When I was a young man I was always in a hurry. I drove in the left lane, rode the tail of anyone driving “too slow,” and was impatient in traffic. I got lots of tickets, and paid high insurance premiums.
Now middle-aged, I find myself in the slow lane most of the time. I give myself plenty of time to get where I’m going, and listen to a book along the way. When the traffic is slow, I wait. When it moves swiftly, I go with it.
I like living in the slow lane. I take time to reflect. I do work that is deeply satisfying to me. I focus on the work itself, rather than the status of my particular vocation or job title.
In the slow lane, less is more: less stuff, more relationships; less status, more significance; less travel, more walks in the parks. It means having enough to share, and enough time for family and friends; it means having enough time to figure out what’s important to you, and making the time to do it. You learn to find what’s real good for free.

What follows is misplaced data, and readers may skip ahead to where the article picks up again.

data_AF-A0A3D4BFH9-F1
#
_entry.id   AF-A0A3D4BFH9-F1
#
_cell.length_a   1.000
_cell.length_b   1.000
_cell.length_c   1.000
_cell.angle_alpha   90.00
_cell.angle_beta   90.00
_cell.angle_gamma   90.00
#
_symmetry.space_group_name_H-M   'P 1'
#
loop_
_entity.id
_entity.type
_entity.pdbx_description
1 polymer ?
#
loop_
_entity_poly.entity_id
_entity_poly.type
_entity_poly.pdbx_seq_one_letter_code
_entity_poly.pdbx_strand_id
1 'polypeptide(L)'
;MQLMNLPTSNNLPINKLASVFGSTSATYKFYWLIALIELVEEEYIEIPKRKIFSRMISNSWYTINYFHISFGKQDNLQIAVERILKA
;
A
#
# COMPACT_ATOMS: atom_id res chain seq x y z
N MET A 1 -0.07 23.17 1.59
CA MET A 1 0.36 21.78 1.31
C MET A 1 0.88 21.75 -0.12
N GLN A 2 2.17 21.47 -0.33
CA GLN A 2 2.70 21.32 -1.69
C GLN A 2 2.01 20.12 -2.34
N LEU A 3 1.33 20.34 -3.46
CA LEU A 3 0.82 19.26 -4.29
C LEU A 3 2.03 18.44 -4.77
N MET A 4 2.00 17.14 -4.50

When I lived in the fast lane I was in a constant state of stress. I felt anxious without knowing what I was anxious about. I continually measured my own life against the lives of others.
It’s easy to confuse status with doing good work, or living well. It’s human nature to want the respect of our fellow human beings, particularly our peer group. So much so that marketers have become expert at turning that need for respect into a desire to buy their product; we’ve come to associate those products with the thing itself. That is, if we have the right job title, drive the right car, wear the right clothes, and travel to the right places then we must be successful. If we don’t, then we’re not.
Living in the slow lane is very simple and very difficult. It’s as simple as being aware of what’s driving your need for status, and as difficult as letting go of it.